Scotland, Aviemore to Gairloch

Thursday 19th July 2018

We were up early and on the road heading to Loch Ness and the Jacobite Cruises. We headed to the Dochgarroch Loch. We found it and were there early. We discovered that this loch was part of the Caledonian Canal. This is fascinating. It was conceived in 1773 with the construction agreed to in Parliament in 1803. Thomas Telford surveyed the land and built the canal. It was finished in 1822 at a cost of £910 000 and took 12 years to build. The Caledonian Canal links the lochs in the Great Glen and can be used to get from one side of Scotland to the other using a series of lochs from one loch to the next. It was quite an engineering feat for the time and is still used by pleasure craft today.

We headed out towards Loch Ness through one of the canals. The tour guide was pointing out different points of interest including castles on the shore of Loch Ness. We went past the lighthouse and all of Loch Ness was in front of us. Oh my goodness! It was so much bigger than I had anticipated. Now I know why nobody has so far found the Loch Ness Monster – this thing is massive. We couldn’t see the other side of it from where we entered.

The tour guide was pointing out different points of interest along the way. We reached Urquhart Castle. The boat went past the point and then turned around as they were dropping people off to explore the castle – or the remains of it anyway. We had opted to spend our time in Inverness instead.

We headed back towards the Loch, passing the fishermen and the lighthouse.

The Caledonian Canal is fascinating and we had a look at how it works before heading off to Inverness.

We went into Inverness and drove around for a while looking for a car park. We eventually found one and found a cafe. It was rather ordinary, but ok. We wouldn’t recommend it, but there wasn’t anything that terrible with it either. In all honesty the service was ok and the waitress was friendly. After lunch, we went for a walk up to Inverness Castle. This is used for different government buildings now. There was a lovely view over the River Ness.

After taking some photos we walked back along the riverbank. We checked out some shops and headed back to the car. We had a 2 + hour drive ahead of us to get to Gairloch. It is 2 hours direct, however we had planned some photo stops along the way. We found our way out of Inverness very easily and headed north towards Gairloch.

This was getting into the highland country that we envisioned when we were planning this trip. It was just amazing. Phil would go around a corner or over a hill and we would be absolutely amazed at the sights to see. One thing that we really appreciated was that at absolutely scenic sights, there was a thing called a parking area off the road so that people could pull off and take photos, so clearly knowing us, we did.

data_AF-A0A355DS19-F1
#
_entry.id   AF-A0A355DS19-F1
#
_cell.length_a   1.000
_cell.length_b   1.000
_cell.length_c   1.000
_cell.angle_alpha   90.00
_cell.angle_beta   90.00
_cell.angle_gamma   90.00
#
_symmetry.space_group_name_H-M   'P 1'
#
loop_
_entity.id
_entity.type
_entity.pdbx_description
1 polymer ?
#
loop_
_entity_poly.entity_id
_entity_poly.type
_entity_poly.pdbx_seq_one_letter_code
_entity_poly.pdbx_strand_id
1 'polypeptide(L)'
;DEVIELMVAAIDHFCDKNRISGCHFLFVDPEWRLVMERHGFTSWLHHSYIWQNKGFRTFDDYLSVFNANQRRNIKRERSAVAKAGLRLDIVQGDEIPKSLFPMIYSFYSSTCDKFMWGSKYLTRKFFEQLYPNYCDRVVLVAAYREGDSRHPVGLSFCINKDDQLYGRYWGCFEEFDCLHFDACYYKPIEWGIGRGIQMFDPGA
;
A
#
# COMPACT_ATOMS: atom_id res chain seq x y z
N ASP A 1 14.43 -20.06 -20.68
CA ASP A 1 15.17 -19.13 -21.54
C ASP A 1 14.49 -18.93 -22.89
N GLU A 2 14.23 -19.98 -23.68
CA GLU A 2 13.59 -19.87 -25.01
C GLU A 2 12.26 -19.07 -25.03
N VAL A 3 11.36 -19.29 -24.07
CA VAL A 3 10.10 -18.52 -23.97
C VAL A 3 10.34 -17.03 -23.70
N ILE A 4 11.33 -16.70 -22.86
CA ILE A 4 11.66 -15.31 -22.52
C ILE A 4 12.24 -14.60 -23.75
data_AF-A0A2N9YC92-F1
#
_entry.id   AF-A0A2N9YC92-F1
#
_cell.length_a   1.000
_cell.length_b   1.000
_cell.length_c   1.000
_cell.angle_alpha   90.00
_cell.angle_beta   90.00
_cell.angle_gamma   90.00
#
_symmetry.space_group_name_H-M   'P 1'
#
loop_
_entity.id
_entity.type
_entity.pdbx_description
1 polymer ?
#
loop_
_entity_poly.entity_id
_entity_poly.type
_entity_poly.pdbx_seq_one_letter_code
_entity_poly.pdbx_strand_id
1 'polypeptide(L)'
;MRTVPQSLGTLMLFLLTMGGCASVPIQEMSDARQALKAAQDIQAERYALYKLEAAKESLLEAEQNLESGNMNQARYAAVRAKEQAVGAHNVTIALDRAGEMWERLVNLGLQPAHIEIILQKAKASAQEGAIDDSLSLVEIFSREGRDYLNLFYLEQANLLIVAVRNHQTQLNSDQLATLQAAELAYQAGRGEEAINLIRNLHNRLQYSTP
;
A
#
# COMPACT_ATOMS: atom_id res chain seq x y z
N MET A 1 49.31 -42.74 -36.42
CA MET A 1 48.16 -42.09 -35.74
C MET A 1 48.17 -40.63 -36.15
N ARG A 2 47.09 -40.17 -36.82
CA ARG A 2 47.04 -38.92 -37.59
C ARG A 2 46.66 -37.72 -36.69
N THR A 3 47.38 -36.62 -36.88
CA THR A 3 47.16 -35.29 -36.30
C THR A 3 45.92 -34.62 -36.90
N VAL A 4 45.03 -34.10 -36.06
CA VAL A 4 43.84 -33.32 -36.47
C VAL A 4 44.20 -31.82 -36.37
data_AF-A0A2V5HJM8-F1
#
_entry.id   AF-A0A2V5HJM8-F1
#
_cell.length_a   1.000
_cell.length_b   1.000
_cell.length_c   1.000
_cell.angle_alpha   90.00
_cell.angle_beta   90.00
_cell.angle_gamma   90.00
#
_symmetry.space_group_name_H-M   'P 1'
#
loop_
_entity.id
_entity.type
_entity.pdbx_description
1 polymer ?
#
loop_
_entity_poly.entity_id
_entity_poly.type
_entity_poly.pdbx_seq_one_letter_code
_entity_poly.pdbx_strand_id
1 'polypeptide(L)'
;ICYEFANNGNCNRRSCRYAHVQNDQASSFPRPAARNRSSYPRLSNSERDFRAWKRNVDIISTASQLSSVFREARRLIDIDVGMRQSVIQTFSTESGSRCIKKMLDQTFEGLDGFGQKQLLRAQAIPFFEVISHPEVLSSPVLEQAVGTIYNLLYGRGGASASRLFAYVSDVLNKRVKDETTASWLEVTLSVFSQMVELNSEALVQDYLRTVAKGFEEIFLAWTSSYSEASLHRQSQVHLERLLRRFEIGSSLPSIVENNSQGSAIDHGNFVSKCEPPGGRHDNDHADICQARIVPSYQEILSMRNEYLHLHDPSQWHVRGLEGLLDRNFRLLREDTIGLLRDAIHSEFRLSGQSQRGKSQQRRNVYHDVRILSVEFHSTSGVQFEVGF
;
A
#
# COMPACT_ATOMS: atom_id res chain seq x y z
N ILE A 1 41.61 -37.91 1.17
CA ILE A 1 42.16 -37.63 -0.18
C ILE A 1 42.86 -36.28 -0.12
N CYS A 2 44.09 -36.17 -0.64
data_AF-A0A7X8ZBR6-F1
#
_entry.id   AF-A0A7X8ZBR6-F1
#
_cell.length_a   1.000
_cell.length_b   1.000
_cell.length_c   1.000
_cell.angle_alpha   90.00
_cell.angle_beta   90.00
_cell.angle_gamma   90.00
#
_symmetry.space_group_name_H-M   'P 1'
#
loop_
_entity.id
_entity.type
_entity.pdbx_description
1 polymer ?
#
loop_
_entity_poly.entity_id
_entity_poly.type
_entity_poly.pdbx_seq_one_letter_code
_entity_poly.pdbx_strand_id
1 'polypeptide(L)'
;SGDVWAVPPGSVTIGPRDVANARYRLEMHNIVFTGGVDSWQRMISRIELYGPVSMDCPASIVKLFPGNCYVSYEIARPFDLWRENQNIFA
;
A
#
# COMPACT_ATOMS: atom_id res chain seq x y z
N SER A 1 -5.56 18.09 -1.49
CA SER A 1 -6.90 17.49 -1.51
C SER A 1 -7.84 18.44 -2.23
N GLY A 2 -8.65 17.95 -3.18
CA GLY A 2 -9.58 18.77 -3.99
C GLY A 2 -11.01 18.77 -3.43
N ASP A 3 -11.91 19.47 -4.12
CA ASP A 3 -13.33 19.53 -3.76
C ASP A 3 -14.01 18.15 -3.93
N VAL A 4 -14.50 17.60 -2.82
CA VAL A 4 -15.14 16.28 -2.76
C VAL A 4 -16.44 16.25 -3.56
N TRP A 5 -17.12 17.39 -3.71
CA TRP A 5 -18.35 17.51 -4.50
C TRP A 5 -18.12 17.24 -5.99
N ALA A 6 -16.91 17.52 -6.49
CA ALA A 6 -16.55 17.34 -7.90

The mountains were so majestic. The weather was misty and it had clearly been raining up in the mountains as the rivers / creeks were flowing well and we were able to see some waterfalls. It truly was breathtaking. Mum was starting to get a little fed up at how often we stopped, but she liked the photos we were taking.

We found our way to Gairloch (thanks to our built in Navman – best of German engineering) headed for Muldoanich B and B (click on the name to link to the website) .We got a little lost and called Marion. She happily directed us to her house. We pulled up and Robbie came over, introduced himself and offered to help unload the car. We had packed what we needed for tonight in our overnight bags so we didn’t need to get the big cases out – thankfully. Marion greeted us and was so welcoming. She showed us to our rooms and organised a time to suit us for breakfast. Marion suggested 8:00 am, but we were after an earlier time as we had to get to Uig Harbour for our Puffins and whales cruise. This suited her much better too as she an appointment in Inverness in the late morning that she had to get to as well.

We relaxed until we had to leave for dinner at Badachro Inn. Marion had made this reservation for us earlier. We had some confusion as to the time it was booked for and headed off. It was some distance away but we were driving through stunning countryside along the water. We found the Inn and walked in. It was just perfect. Exactly what you would expect a little country inn in Scotland to look like. It was small and cosy as you walked in (luckily cause it was now raining / drizzling outside). You walked in through an outer door into the bar area. It was wood panelled with seats at the bar and some lounges by the fire, with some tables and chairs inside as well. There were also tables and chairs outside on a deck. The owner showed us to our table which was in an enclosed glass deck overlooking the water. The owner is British and when we asked him the difference in the tide (as it was clearly low tide) he told us they had to wear goggles in the restaurant during high tide.

We sat down and then had to decide what we were going to order. It all sounded so good. I opted for the lamb cutlets with mashed potato and carrots and so did Mum. It was amazing! Phil had the chicken and leek pie which he loved too. This meal was so beautiful in such a perfect location. Mum and Phil had the pear and apple crumble. It was so hot that it was steaming. I had the chocolate cake with melted in my mouth. It was such a perfect meal in a stunning location with such a homely, cheerful feel. This night in this place will live in my memory for a long time.

On the way back to Muldoanich B and B at Gairloch, we stopped to take some photos. It was so windy and starting to rain.

 

We enjoyed chatting to Robbie. We felt so welcomed here and the rooms are lovely. If you are looking for a B and B in Gairloch, we can highly recommend Marion and Muldoanich B and B. Up early as we are off to the Isle of Skye in the morning.

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